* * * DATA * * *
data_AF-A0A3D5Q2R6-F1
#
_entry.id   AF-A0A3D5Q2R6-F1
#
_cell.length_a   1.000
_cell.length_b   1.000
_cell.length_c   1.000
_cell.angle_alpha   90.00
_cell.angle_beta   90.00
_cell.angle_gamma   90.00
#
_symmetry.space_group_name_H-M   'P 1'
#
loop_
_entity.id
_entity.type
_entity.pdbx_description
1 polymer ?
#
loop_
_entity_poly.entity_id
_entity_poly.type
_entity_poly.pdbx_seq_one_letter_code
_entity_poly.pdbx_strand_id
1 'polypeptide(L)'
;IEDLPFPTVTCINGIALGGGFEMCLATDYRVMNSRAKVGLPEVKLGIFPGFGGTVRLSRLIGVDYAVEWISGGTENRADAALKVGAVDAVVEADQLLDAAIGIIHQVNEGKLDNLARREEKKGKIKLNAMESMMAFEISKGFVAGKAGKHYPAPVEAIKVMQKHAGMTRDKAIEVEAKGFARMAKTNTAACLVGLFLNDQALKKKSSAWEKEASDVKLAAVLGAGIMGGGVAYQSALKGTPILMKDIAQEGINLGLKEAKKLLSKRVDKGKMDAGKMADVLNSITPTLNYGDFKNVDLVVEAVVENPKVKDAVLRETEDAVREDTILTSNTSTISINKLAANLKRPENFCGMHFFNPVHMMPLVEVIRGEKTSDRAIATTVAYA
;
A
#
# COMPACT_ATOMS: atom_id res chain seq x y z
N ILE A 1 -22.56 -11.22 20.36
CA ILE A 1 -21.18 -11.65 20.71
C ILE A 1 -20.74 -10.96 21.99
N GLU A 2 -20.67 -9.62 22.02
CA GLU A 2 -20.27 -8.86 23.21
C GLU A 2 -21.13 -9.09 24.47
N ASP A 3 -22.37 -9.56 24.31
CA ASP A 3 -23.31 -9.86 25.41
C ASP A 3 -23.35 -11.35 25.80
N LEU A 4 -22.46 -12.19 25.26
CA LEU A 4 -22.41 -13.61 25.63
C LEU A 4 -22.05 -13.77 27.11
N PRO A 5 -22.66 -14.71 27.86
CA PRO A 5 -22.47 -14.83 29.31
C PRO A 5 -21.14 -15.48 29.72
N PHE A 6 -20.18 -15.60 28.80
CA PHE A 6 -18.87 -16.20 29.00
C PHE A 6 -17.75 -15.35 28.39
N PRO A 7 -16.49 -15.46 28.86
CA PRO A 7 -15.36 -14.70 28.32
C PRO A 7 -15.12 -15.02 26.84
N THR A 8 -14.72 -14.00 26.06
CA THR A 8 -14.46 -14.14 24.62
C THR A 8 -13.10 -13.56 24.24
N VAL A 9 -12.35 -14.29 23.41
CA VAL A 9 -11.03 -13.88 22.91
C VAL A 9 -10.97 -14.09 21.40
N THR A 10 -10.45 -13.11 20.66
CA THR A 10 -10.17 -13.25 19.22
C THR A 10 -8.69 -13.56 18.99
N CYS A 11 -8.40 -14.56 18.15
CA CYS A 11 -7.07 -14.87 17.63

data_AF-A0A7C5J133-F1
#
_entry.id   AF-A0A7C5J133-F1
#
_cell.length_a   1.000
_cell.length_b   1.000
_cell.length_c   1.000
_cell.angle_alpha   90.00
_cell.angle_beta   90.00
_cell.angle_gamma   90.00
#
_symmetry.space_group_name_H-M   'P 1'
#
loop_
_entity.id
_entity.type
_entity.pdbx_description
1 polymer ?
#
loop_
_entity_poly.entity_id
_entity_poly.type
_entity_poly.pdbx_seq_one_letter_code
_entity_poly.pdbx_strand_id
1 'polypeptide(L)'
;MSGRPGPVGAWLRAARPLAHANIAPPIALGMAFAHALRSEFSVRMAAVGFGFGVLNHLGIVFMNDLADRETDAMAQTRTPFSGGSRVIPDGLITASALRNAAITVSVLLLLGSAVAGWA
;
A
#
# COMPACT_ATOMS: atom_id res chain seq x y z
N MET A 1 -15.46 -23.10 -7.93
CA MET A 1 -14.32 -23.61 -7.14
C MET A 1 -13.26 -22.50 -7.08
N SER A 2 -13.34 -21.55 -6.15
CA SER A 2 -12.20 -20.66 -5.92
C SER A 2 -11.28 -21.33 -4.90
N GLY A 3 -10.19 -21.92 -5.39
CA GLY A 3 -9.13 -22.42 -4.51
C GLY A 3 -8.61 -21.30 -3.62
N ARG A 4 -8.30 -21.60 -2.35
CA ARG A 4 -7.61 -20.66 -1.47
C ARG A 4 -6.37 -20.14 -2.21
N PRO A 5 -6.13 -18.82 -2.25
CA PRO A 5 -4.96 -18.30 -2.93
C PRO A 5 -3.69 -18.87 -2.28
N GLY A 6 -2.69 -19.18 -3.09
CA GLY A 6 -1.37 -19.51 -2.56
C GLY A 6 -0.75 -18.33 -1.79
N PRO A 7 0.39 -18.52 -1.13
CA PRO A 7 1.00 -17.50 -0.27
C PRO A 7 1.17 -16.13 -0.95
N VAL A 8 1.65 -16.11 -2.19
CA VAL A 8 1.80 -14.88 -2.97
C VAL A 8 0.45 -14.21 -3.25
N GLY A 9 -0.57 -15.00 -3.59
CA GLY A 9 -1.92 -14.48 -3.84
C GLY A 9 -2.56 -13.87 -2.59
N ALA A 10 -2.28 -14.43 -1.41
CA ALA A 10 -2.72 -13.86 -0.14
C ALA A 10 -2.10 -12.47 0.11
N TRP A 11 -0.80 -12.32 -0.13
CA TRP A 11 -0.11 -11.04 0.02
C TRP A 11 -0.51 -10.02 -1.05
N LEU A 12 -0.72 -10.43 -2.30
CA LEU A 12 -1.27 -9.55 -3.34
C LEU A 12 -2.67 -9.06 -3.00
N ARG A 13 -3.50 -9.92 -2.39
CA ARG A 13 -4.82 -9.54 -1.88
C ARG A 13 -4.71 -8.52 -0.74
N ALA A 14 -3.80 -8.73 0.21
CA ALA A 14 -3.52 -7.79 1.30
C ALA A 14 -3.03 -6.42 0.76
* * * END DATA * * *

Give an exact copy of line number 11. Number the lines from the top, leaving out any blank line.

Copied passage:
#